You can join for tours of the Senate of Canada Building (2 Rideau Street), House of Commons at West Block (111 Wellington Street) on Parliament Hill, and East Block at East Block (111 Wellington Street) on Parliament Hill.

When: Grounds open; guided tours of Parliament are suspended through the summer of 2021.
Where: 111 Wellington Street, Downtown Ottawa

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Ottawa performer leapfrogs from gymnastics to Broadway to TV




A new AppleTV+ series set in a magical town that’s stuck in a neverending 1940s musical includes a pair of Ottawa siblings in the cast. 

Warren Yang and his sister, Ericka Hunter, play two of the singing, dancing residents of the village portrayed in Schmigadoon!, a small-screen series that takes its cues from classic musicals like Brigadoon, Wizard of Oz and Sound of Music, and skewers them with the offbeat comedic mastery of Saturday Night Live. 

In fact, you’ll recognize many of the names from SNL, starting with executive producer Lorne Michaels, creator of the late-night, live-comedy sketch show. Schmigadoon! also stars SNL cast member Cecily Strong and comedian Keegan-Michael Key, who hosted SNL in May. They play a New York couple who get lost on a hike and stumble into a strange town where everyone sings and dances. 

For Yang, a relative newcomer to show-biz, the series marks his television debut. For Hunter, the younger of his two older sisters, it’s the latest in a career path that began with dance lessons as a child more than 30 years ago. She attended Canterbury High School, Ottawa’s arts-focused secondary school. 

“Her dream was always to perform,” said Yang, 34, in an interview. “But that was never the path I thought was an option for me.” 

While his sister studied dance, Yang did gymnastics. He was an elite gymnast throughout his youth, ultimately leaving Merivale High School at 16 to train in Montreal, finishing high school through correspondence courses. He was a member of the Canadian National Team and received a scholarship to study at Penn State, majoring in marketing.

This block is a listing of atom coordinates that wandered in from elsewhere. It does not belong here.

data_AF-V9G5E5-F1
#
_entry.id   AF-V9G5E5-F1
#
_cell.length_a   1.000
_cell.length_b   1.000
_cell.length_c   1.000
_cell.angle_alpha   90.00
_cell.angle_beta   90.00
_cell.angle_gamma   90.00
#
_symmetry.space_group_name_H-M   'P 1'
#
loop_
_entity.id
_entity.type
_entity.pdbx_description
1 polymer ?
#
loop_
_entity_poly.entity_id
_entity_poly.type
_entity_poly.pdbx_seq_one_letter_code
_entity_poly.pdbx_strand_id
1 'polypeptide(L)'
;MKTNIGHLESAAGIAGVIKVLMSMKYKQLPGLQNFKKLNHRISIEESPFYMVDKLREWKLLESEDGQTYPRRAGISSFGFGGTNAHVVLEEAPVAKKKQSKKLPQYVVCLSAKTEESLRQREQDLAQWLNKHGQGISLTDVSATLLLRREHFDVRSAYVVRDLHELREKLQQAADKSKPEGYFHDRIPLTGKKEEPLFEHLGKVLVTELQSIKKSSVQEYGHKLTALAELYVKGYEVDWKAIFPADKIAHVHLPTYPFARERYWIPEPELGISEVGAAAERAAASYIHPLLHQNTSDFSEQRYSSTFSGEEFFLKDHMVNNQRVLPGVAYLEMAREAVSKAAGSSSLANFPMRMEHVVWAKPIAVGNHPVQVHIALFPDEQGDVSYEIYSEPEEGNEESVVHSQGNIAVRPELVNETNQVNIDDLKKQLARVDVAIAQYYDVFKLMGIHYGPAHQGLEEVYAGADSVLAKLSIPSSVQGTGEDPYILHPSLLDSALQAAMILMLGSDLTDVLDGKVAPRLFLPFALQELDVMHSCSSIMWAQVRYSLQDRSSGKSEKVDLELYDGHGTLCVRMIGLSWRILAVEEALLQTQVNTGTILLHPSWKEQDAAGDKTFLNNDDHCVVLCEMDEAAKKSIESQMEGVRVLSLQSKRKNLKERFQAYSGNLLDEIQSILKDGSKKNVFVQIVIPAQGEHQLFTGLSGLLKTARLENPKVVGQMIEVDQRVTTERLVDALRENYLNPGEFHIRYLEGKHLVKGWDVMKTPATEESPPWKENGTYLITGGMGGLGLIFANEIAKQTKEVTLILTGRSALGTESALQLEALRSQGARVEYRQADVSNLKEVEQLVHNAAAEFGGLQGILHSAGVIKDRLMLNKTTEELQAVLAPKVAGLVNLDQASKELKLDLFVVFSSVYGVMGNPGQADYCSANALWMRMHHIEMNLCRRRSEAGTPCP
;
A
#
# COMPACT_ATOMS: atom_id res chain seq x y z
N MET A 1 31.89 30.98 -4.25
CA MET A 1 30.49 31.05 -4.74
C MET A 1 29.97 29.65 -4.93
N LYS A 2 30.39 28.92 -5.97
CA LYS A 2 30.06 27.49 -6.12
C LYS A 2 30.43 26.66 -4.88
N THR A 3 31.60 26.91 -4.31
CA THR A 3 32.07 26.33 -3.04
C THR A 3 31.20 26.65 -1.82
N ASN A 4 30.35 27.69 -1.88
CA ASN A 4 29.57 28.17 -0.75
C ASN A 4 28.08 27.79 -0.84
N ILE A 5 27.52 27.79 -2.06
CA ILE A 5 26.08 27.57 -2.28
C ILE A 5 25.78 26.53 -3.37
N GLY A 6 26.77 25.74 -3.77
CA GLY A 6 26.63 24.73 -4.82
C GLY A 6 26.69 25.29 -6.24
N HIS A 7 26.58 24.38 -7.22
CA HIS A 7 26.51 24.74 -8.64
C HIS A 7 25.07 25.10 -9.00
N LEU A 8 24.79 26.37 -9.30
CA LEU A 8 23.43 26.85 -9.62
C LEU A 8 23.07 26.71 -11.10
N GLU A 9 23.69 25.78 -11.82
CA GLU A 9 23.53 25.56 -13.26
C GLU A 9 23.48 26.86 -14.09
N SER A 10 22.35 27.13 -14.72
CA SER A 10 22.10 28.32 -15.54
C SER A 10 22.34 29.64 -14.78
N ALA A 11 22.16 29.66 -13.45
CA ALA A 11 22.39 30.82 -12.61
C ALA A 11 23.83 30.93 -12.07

A few years after graduation, Yang was working at an advertising agency in Toronto when he got a call from a Manhattan number. To his astonishment, they asked if he would be interested in auditioning for a Broadway revival of Miss Saigon.

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COVID-19: uOttawa to require vaccination for students living in residence




Vaccination will be mandatory for students who want to live in residence at the University of Ottawa this year, with proof of vaccination and at least one dose required before move-in, or within two weeks of doing so if they can’t secure a shot before arriving.

Those who can’t receive a vaccine for “health-related reasons or other grounds protected under the Ontario Human Rights Code” will be able to submit a request for accommodation through the university’s housing portal, according to information on the university’s website.

Students with one dose living in residence will also have to receive their second dose “within the timeframe recommended by Ottawa Public Health.”

People who haven’t been granted an exemption and don’t get vaccinated or submit proof of having done so by the deadlines set out by the school will have their residence agreements terminated, uOttawa warns.

“Medical and health professionals are clear that vaccination is the most (effective) means of protecting people and those around them,” reads a statement provided to this newspaper by uOttawa’s director of strategic communications, Patrick Charette.

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“It is precisely for this reason that the University of Ottawa is requiring all students living in residence for the 2021-2022 academic year to be fully vaccinated. The University recognizes that some students may require accommodations for a variety of reasons and will be treating exceptions appropriately.”

Faculty, staff and students are also strongly encouraged to get vaccinated, the statement notes.

“Ensuring a high vaccine coverage in all communities is critical to ensuring an ongoing decline in cases and ending the pandemic. This will be especially important with the return of students to post-secondary institutions in our region in the fall of 2021.”

Neither Carleton University nor Algonquin College is currently mandating vaccination for students living in residence, according to the websites for both schools. But uOttawa isn’t alone in its policy – Western University, Trent University, Durham College and Fanshawe College have all implemented similar requirements. Seneca College, in the GTA, is going even further, making vaccination mandatory for students and staff to come to campus, in-person, for the fall term.